Buy side research overview
The research division of an asset management firm on the buy side is responsible for generating investment recommendations to be used in internally managed funds and portfolios. A career in research is very demanding with associates/analysts often working 70+ hour weeks. There is a lot of competition for positions, the compensation is solid, and the work is extremely cerebral. A role in buy side research is similar to that of equity research at a bank, however it has a more internal focus.
The personality of someone who would thrive in a research role at an asset management firm has the following character traits:
- Works independently
- Detail oriented
Preparing for a job in buy side research is similar to equity research. We have organized the most common interview questions from a wide range of sources and provided the answers you need in our equity research interview guide.
The main entry point for research positions is an associate.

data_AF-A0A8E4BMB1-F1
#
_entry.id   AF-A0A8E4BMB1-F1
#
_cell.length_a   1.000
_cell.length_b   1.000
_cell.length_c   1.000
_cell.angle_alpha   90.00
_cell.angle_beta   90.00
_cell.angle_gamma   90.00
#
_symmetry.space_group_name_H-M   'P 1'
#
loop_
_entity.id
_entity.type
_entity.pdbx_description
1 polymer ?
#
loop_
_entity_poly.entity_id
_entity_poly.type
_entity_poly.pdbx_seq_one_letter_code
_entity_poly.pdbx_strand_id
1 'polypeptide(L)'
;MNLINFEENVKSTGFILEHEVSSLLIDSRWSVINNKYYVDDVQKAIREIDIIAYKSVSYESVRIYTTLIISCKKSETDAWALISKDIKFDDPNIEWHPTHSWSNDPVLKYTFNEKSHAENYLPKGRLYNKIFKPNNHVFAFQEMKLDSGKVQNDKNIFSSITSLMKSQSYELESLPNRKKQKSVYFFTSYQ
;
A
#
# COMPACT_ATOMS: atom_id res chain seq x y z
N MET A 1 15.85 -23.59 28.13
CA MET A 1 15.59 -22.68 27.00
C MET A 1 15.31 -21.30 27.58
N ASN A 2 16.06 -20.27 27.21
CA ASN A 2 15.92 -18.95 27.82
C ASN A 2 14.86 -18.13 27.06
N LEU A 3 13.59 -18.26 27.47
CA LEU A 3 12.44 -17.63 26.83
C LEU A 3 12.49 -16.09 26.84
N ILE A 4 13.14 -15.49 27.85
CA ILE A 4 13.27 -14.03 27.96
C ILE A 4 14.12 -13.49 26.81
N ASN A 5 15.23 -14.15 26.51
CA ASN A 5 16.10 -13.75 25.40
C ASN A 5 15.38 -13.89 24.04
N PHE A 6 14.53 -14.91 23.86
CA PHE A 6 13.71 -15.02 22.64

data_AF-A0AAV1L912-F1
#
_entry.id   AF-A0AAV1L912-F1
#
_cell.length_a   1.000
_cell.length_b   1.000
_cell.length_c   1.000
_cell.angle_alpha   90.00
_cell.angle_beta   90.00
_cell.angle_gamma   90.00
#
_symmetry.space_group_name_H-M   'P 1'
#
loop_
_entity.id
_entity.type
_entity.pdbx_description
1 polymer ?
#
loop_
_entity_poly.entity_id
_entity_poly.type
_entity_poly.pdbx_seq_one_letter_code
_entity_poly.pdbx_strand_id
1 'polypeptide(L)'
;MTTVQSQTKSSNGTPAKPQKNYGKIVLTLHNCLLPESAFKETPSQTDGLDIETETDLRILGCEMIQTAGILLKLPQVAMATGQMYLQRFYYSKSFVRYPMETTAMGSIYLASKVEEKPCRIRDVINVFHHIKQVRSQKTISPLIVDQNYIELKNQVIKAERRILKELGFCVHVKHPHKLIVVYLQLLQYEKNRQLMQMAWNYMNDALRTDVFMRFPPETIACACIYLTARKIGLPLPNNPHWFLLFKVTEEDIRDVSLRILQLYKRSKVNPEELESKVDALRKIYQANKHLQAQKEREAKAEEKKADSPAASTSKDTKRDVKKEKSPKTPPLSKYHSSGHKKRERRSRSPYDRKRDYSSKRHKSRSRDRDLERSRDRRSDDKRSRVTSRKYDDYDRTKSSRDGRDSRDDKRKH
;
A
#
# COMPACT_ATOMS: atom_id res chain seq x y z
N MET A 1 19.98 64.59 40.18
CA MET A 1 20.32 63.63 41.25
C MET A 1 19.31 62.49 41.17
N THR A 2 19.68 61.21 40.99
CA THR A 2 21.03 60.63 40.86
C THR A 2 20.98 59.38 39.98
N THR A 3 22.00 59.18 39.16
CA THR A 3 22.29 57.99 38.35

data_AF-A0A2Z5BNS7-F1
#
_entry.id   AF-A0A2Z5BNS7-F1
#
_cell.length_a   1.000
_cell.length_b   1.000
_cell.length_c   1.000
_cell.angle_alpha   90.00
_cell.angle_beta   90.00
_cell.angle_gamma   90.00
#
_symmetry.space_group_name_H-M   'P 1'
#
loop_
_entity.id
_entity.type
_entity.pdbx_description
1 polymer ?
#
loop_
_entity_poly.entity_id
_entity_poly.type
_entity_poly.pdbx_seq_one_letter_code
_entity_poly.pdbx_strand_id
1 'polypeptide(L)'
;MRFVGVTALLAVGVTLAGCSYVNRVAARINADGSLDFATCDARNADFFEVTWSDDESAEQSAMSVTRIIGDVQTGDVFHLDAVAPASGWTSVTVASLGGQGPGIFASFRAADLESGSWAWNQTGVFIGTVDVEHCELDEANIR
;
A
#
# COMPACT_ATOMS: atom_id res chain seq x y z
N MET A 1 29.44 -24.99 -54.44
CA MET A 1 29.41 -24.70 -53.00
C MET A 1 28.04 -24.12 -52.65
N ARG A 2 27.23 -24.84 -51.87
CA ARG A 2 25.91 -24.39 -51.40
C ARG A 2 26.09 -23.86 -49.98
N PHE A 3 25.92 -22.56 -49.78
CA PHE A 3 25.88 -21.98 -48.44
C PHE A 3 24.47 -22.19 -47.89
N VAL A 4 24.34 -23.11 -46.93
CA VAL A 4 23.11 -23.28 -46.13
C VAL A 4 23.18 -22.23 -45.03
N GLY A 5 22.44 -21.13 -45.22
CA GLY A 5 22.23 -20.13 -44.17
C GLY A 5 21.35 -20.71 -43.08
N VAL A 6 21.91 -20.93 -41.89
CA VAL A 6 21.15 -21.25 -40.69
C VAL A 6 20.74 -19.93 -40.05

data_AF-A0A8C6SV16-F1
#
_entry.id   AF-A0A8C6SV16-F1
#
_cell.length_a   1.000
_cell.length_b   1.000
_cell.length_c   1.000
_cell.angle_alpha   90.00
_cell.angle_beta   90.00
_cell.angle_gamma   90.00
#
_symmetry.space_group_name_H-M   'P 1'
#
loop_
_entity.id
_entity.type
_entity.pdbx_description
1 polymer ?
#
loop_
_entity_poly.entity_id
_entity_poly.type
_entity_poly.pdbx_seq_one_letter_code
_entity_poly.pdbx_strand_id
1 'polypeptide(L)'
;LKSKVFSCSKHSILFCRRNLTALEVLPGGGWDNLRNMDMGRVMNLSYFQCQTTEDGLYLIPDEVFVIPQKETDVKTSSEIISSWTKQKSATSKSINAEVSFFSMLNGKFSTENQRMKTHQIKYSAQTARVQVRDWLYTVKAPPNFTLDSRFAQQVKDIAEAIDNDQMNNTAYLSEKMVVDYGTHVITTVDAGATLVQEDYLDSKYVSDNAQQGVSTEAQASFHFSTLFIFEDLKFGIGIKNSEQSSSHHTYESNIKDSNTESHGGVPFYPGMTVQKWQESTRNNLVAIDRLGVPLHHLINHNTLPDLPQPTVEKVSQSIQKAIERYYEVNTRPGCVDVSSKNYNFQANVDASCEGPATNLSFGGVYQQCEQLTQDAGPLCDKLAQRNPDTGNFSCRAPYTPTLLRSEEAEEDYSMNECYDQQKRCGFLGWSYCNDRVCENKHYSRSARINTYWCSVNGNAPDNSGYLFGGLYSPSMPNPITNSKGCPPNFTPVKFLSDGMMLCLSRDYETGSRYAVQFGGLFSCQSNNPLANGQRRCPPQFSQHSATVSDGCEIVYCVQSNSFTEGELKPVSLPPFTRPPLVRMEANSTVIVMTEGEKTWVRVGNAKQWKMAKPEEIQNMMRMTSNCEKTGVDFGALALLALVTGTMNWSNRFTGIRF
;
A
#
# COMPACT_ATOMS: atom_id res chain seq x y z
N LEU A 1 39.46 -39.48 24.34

Associates on the buy side are recruited from MBA programs around the world as well as from sell side equity research pools. An associate typically spends for 3 to 4 years in that position, until they become an associate-analyst, and finally an analyst.
On the buy side, associates and analysts often stay in a research role for quite some time. This usually moves moving up from associate to analyst. Another common move is to go private equity or start your own investment fund. Once on the buy side it’s common to stay there.
Below is range of compensation you can expect to earn in buy side research. It should be noted that there can be a wide range based on the firm, the year, and the city you’re working in.
Associate: $120,000 to $200,000 (base salary plus bonus)
Analyst: $200,000 to $1,000,000+ (base salary plus bonus)
The CFA® credential is extremely valuable for buy-side research roles.
Additionally, taking financial modeling courses is a fast way of learning the practical skills that are required for the job.
It’s important to begin with a strong understanding of accounting fundamentals. From there you should have a solid Excel crash course under your belt, which will teach you the basics including shortcuts, formulas, and functions. Beyond that, you can progress to more advanced courses, which will teach you sensitivity analysis and industry-specific modeling. By taking a few courses you’ll learn about various industries and see different types of model.
The best value for a wide range of courses is CFI’s Full Access Bundle.